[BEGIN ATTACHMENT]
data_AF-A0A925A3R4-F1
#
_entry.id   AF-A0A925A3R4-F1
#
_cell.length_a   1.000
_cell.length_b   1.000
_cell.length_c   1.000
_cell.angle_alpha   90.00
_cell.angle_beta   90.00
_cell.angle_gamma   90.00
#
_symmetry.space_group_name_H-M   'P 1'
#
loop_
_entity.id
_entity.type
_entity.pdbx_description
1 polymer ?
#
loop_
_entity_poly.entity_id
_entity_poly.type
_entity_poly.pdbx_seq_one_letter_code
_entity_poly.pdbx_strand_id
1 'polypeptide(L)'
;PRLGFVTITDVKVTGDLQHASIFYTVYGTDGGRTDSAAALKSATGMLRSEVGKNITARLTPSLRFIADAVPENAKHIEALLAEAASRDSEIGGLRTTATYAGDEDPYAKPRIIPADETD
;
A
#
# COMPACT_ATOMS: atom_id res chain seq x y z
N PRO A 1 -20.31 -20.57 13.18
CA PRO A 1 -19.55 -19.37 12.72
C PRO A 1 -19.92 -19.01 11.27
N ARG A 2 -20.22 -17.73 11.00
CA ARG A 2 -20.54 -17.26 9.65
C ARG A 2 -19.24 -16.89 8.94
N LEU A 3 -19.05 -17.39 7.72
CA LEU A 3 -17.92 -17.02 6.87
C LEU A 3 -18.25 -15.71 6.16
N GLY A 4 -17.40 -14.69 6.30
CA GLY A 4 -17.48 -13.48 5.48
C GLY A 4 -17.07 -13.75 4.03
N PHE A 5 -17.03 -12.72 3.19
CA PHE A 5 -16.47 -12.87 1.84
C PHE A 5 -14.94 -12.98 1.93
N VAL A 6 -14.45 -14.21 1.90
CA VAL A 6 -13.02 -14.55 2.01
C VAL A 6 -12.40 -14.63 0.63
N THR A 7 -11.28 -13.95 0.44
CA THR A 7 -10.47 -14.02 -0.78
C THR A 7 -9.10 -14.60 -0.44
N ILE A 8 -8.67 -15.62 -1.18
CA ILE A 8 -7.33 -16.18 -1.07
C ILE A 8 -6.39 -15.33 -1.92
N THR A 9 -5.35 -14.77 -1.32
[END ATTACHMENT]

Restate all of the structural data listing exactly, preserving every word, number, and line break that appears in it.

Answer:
data_AF-A0A925A3R4-F1
#
_entry.id   AF-A0A925A3R4-F1
#
_cell.length_a   1.000
_cell.length_b   1.000
_cell.length_c   1.000
_cell.angle_alpha   90.00
_cell.angle_beta   90.00
_cell.angle_gamma   90.00
#
_symmetry.space_group_name_H-M   'P 1'
#
loop_
_entity.id
_entity.type
_entity.pdbx_description
1 polymer ?
#
loop_
_entity_poly.entity_id
_entity_poly.type
_entity_poly.pdbx_seq_one_letter_code
_entity_poly.pdbx_strand_id
1 'polypeptide(L)'
;PRLGFVTITDVKVTGDLQHASIFYTVYGTDGGRTDSAAALKSATGMLRSEVGKNITARLTPSLRFIADAVPENAKHIEALLAEAASRDSEIGGLRTTATYAGDEDPYAKPRIIPADETD
;
A
#
# COMPACT_ATOMS: atom_id res chain seq x y z
N PRO A 1 -20.31 -20.57 13.18
CA PRO A 1 -19.55 -19.37 12.72
C PRO A 1 -19.92 -19.01 11.27
N ARG A 2 -20.22 -17.73 11.00
CA ARG A 2 -20.54 -17.26 9.65
C ARG A 2 -19.24 -16.89 8.94
N LEU A 3 -19.05 -17.39 7.72
CA LEU A 3 -17.92 -17.02 6.87
C LEU A 3 -18.25 -15.71 6.16
N GLY A 4 -17.40 -14.69 6.30
CA GLY A 4 -17.48 -13.48 5.48
C GLY A 4 -17.07 -13.75 4.03
N PHE A 5 -17.03 -12.72 3.19
CA PHE A 5 -16.47 -12.87 1.84
C PHE A 5 -14.94 -12.98 1.93
N VAL A 6 -14.45 -14.21 1.90
CA VAL A 6 -13.02 -14.55 2.01
C VAL A 6 -12.40 -14.63 0.63
N THR A 7 -11.28 -13.95 0.44
CA THR A 7 -10.47 -14.02 -0.78
C THR A 7 -9.10 -14.60 -0.44
N ILE A 8 -8.67 -15.62 -1.18
CA ILE A 8 -7.33 -16.18 -1.07
C ILE A 8 -6.39 -15.33 -1.92
N THR A 9 -5.35 -14.77 -1.32